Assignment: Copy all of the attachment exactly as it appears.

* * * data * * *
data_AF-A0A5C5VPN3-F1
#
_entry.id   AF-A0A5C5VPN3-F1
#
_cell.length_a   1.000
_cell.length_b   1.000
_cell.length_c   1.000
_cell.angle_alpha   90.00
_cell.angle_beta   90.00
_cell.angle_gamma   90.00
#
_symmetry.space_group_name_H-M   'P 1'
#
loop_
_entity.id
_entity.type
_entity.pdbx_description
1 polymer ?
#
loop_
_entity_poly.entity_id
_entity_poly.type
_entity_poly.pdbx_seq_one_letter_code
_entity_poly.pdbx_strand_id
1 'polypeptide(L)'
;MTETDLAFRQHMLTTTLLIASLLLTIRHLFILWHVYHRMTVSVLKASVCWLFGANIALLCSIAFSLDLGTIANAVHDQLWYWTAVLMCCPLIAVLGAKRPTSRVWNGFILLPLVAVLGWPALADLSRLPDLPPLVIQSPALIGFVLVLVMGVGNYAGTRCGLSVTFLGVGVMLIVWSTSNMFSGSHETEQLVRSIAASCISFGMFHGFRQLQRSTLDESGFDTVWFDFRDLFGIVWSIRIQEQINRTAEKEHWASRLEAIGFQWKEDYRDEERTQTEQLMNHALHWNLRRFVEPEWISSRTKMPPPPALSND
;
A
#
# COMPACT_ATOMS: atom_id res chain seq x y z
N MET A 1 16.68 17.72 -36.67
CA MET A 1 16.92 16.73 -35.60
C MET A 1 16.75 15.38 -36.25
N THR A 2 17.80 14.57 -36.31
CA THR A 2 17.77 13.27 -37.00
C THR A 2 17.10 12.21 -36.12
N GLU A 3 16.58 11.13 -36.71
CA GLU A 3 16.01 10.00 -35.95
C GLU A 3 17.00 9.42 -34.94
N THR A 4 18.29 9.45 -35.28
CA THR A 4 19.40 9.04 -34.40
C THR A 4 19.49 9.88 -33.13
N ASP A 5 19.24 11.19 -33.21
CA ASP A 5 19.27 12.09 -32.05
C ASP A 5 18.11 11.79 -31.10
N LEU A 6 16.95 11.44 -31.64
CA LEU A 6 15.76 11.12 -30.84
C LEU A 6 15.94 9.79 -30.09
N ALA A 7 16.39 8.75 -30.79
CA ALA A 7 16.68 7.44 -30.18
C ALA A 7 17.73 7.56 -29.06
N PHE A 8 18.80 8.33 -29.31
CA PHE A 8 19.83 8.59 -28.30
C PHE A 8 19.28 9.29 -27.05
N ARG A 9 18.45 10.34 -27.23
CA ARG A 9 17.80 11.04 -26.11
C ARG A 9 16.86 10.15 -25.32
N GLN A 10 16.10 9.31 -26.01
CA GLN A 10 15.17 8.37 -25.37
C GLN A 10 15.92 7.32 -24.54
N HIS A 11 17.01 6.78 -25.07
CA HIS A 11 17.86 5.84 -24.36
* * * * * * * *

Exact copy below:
data_AF-A0A5C5VPN3-F1
#
_entry.id   AF-A0A5C5VPN3-F1
#
_cell.length_a   1.000
_cell.length_b   1.000
_cell.length_c   1.000
_cell.angle_alpha   90.00
_cell.angle_beta   90.00
_cell.angle_gamma   90.00
#
_symmetry.space_group_name_H-M   'P 1'
#
loop_
_entity.id
_entity.type
_entity.pdbx_description
1 polymer ?
#
loop_
_entity_poly.entity_id
_entity_poly.type
_entity_poly.pdbx_seq_one_letter_code
_entity_poly.pdbx_strand_id
1 'polypeptide(L)'
;MTETDLAFRQHMLTTTLLIASLLLTIRHLFILWHVYHRMTVSVLKASVCWLFGANIALLCSIAFSLDLGTIANAVHDQLWYWTAVLMCCPLIAVLGAKRPTSRVWNGFILLPLVAVLGWPALADLSRLPDLPPLVIQSPALIGFVLVLVMGVGNYAGTRCGLSVTFLGVGVMLIVWSTSNMFSGSHETEQLVRSIAASCISFGMFHGFRQLQRSTLDESGFDTVWFDFRDLFGIVWSIRIQEQINRTAEKEHWASRLEAIGFQWKEDYRDEERTQTEQLMNHALHWNLRRFVEPEWISSRTKMPPPPALSND
;
A
#
# COMPACT_ATOMS: atom_id res chain seq x y z
N MET A 1 16.68 17.72 -36.67
CA MET A 1 16.92 16.73 -35.60
C MET A 1 16.75 15.38 -36.25
N THR A 2 17.80 14.57 -36.31
CA THR A 2 17.77 13.27 -37.00
C THR A 2 17.10 12.21 -36.12
N GLU A 3 16.58 11.13 -36.71
CA GLU A 3 16.01 10.00 -35.95
C GLU A 3 17.00 9.42 -34.94
N THR A 4 18.29 9.45 -35.28
CA THR A 4 19.40 9.04 -34.40
C THR A 4 19.49 9.88 -33.13
N ASP A 5 19.24 11.19 -33.21
CA ASP A 5 19.27 12.09 -32.05
C ASP A 5 18.11 11.79 -31.10
N LEU A 6 16.95 11.44 -31.64
CA LEU A 6 15.76 11.12 -30.84
C LEU A 6 15.94 9.79 -30.09
N ALA A 7 16.39 8.75 -30.79
CA ALA A 7 16.68 7.44 -30.18
C ALA A 7 17.73 7.56 -29.06
N PHE A 8 18.80 8.33 -29.31
CA PHE A 8 19.83 8.59 -28.30
C PHE A 8 19.28 9.29 -27.05
N ARG A 9 18.45 10.34 -27.23
CA ARG A 9 17.80 11.04 -26.11
C ARG A 9 16.86 10.15 -25.32
N GLN A 10 16.10 9.31 -26.01
CA GLN A 10 15.17 8.37 -25.37
C GLN A 10 15.92 7.32 -24.54
N HIS A 11 17.01 6.78 -25.07
CA HIS A 11 17.86 5.84 -24.36